How do I get started Racing?
Dinghies are smaller boats, without a heavy keel. They are less expensive, usually sailed by a crew of 1 or 2, but can provide a lot of thrill for the buck. Plan on lots of spray and going for the occasional ducking.
Some people buy a boat, then figure out how to sail it, but you'll get up to speed much quicker with organized instruction. Another approach is to find a friendly, experienced sailor who wants a crewmember on an on-the-job-training basis.
Most racing is organized by yacht (or boating) clubs, but you don't have to be a member to join in. There are many youth programs that focus on racing as the end goal. Some high schools and colleges have racing teams.
Larger boats generally have a heavy keel, which gives them more stability. They are usually sailed by a larger crew, 10 or more on the larger yachts. Races will generally be longer, including overnight or longer on ocean races.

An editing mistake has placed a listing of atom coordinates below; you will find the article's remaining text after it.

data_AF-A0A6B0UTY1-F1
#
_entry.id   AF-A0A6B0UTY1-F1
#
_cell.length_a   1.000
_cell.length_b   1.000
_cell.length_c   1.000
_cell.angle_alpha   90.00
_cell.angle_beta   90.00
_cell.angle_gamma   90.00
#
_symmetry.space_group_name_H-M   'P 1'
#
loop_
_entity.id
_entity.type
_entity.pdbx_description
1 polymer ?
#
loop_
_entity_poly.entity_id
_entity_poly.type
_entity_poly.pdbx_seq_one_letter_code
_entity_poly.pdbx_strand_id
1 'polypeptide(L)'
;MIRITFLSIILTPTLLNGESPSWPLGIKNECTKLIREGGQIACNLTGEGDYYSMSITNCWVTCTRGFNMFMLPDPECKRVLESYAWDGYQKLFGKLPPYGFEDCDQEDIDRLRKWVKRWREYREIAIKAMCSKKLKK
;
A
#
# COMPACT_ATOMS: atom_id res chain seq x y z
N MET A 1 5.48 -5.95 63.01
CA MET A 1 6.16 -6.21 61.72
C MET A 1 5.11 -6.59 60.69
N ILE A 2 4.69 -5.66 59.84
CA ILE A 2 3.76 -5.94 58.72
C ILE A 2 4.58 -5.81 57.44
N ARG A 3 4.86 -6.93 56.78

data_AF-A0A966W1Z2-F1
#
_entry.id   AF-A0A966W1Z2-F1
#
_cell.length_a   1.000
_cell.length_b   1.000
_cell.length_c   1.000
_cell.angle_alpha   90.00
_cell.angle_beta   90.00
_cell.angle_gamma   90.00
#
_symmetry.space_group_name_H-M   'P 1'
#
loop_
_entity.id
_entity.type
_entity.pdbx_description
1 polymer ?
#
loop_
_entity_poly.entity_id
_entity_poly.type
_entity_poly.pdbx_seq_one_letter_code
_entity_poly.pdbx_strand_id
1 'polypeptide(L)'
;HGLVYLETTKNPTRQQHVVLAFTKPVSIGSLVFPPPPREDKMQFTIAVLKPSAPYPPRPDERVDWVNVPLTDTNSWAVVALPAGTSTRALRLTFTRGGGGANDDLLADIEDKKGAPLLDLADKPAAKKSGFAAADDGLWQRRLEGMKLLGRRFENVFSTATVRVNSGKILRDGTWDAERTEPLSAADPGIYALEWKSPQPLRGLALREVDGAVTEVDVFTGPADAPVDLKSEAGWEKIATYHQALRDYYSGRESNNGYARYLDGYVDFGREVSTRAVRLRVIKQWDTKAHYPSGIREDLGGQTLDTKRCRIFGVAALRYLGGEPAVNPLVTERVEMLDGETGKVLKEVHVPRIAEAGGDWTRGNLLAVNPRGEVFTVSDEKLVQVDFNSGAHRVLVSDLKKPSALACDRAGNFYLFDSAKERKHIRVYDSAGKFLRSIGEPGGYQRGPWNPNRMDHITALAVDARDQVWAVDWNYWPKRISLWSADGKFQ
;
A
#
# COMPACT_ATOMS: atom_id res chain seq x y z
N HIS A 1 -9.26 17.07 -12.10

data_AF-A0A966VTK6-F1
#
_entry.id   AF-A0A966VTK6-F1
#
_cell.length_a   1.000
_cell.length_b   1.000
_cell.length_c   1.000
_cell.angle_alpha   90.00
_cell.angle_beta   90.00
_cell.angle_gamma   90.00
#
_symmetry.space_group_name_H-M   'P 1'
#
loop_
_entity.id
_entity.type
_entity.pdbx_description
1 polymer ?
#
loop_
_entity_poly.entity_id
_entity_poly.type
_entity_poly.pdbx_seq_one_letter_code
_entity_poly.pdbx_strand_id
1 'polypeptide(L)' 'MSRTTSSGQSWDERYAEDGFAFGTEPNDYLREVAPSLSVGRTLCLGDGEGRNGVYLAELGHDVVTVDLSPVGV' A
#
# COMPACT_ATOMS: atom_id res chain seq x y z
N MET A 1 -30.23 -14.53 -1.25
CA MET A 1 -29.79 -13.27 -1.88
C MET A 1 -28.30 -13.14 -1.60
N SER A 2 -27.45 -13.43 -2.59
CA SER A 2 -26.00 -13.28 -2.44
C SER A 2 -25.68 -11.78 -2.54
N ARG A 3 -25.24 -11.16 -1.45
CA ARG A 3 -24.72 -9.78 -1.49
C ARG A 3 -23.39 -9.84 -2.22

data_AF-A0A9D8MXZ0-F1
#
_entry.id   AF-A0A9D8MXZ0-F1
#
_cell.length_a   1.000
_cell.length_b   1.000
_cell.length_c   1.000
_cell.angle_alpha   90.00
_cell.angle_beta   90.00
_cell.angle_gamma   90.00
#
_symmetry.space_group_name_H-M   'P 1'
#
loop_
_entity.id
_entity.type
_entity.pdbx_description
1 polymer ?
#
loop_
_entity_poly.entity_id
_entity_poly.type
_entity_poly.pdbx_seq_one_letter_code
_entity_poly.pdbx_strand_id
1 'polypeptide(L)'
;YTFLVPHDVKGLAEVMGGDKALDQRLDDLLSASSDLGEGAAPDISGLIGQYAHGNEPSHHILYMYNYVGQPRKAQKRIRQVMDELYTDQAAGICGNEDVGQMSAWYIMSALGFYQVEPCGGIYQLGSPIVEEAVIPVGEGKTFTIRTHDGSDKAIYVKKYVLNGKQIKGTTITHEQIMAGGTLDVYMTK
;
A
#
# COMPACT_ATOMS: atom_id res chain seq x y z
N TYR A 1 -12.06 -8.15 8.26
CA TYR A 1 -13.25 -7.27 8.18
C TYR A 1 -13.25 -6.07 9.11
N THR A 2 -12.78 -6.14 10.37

The usual way to learn yacht racing is to go out on a race and learn-while-doing. This may seem a bit intimidating, but many yacht clubs hold casual races or cruising rallies, where the stakes aren't high and relaxed, safe, fun is the priority. Most yachts call for a crew with a range of skills, including a couple of crewmembers whose primary duty is to provide a bit of extra ballast. The main thing is to be prepared for spray and wind and to listen for instructions. Once you get used to working your way around on deck, you may be asked to lend a hand with stowing sails or hauling lines.
There are some very good training programs, but most sailing clinics are aimed at those who know the basics of racing and want to hone their skills. Most sailing schools are aimed at teaching cruising skills, which are very useful, but not all you need to be able to race successfully.
Should you happen to own or be in a position to buy a keelboat, your best strategy might be to find an experienced sail racer to help you campaign the boat. Your broker, sailmaker, or local yacht club are good resources to get in touch with experiences sailors.
Next Chapter: Bits and Pieces